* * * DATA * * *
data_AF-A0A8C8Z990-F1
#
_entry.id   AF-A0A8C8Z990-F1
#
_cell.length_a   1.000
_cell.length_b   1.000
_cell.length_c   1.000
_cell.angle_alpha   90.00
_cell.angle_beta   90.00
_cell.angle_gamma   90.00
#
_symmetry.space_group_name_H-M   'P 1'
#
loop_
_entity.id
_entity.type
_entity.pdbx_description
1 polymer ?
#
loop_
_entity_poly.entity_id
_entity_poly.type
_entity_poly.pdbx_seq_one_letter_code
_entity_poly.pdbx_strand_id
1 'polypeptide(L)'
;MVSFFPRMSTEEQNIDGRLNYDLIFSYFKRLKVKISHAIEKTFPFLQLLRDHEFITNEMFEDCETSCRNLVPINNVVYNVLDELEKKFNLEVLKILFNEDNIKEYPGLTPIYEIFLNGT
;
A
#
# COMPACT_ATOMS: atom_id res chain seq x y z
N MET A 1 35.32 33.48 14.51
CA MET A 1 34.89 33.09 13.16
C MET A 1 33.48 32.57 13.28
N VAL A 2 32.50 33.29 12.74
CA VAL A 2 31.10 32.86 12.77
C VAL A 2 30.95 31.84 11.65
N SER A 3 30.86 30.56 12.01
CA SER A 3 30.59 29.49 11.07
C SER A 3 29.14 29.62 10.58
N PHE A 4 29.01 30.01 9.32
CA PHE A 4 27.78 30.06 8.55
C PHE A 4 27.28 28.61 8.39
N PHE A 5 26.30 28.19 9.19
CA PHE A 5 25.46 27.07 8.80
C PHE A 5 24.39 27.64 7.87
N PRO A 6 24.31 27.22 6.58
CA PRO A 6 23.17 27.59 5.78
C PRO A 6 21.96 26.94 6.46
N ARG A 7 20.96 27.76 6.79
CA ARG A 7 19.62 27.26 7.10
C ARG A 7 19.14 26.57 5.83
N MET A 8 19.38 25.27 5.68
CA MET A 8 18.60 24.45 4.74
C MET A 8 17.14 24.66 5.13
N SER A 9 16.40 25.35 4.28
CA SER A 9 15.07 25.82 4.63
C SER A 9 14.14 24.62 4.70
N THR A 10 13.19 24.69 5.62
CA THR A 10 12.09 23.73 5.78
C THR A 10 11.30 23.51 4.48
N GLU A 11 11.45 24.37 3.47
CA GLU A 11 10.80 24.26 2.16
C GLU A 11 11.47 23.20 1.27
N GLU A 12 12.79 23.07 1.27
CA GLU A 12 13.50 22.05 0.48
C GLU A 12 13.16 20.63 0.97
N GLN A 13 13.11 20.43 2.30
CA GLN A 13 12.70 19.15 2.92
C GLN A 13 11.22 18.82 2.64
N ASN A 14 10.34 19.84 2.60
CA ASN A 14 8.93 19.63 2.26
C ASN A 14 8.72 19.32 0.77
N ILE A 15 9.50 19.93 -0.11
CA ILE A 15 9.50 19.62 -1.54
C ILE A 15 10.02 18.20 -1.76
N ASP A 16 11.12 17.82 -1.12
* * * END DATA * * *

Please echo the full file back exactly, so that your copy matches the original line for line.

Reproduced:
data_AF-A0A8C8Z990-F1
#
_entry.id   AF-A0A8C8Z990-F1
#
_cell.length_a   1.000
_cell.length_b   1.000
_cell.length_c   1.000
_cell.angle_alpha   90.00
_cell.angle_beta   90.00
_cell.angle_gamma   90.00
#
_symmetry.space_group_name_H-M   'P 1'
#
loop_
_entity.id
_entity.type
_entity.pdbx_description
1 polymer ?
#
loop_
_entity_poly.entity_id
_entity_poly.type
_entity_poly.pdbx_seq_one_letter_code
_entity_poly.pdbx_strand_id
1 'polypeptide(L)'
;MVSFFPRMSTEEQNIDGRLNYDLIFSYFKRLKVKISHAIEKTFPFLQLLRDHEFITNEMFEDCETSCRNLVPINNVVYNVLDELEKKFNLEVLKILFNEDNIKEYPGLTPIYEIFLNGT
;
A
#
# COMPACT_ATOMS: atom_id res chain seq x y z
N MET A 1 35.32 33.48 14.51
CA MET A 1 34.89 33.09 13.16
C MET A 1 33.48 32.57 13.28
N VAL A 2 32.50 33.29 12.74
CA VAL A 2 31.10 32.86 12.77
C VAL A 2 30.95 31.84 11.65
N SER A 3 30.86 30.56 12.01
CA SER A 3 30.59 29.49 11.07
C SER A 3 29.14 29.62 10.58
N PHE A 4 29.01 30.01 9.32
CA PHE A 4 27.78 30.06 8.55
C PHE A 4 27.28 28.61 8.39
N PHE A 5 26.30 28.19 9.19
CA PHE A 5 25.46 27.07 8.80
C PHE A 5 24.39 27.64 7.87
N PRO A 6 24.31 27.22 6.58
CA PRO A 6 23.17 27.59 5.78
C PRO A 6 21.96 26.94 6.46
N ARG A 7 20.96 27.76 6.79
CA ARG A 7 19.62 27.26 7.10
C ARG A 7 19.14 26.57 5.83
N MET A 8 19.38 25.27 5.68
CA MET A 8 18.60 24.45 4.74
C MET A 8 17.14 24.66 5.13
N SER A 9 16.40 25.35 4.28
CA SER A 9 15.07 25.82 4.63
C SER A 9 14.14 24.62 4.70
N THR A 10 13.19 24.69 5.62
CA THR A 10 12.09 23.73 5.78
C THR A 10 11.30 23.51 4.48
N GLU A 11 11.45 24.37 3.47
CA GLU A 11 10.80 24.26 2.16
C GLU A 11 11.47 23.20 1.27
N GLU A 12 12.79 23.07 1.27
CA GLU A 12 13.50 22.05 0.48
C GLU A 12 13.16 20.63 0.97
N GLN A 13 13.11 20.43 2.30
CA GLN A 13 12.70 19.15 2.92
C GLN A 13 11.22 18.82 2.64
N ASN A 14 10.34 19.84 2.60
CA ASN A 14 8.93 19.63 2.26
C ASN A 14 8.72 19.32 0.77
N ILE A 15 9.50 19.93 -0.11
CA ILE A 15 9.50 19.62 -1.54
C ILE A 15 10.02 18.20 -1.76
N ASP A 16 11.12 17.82 -1.12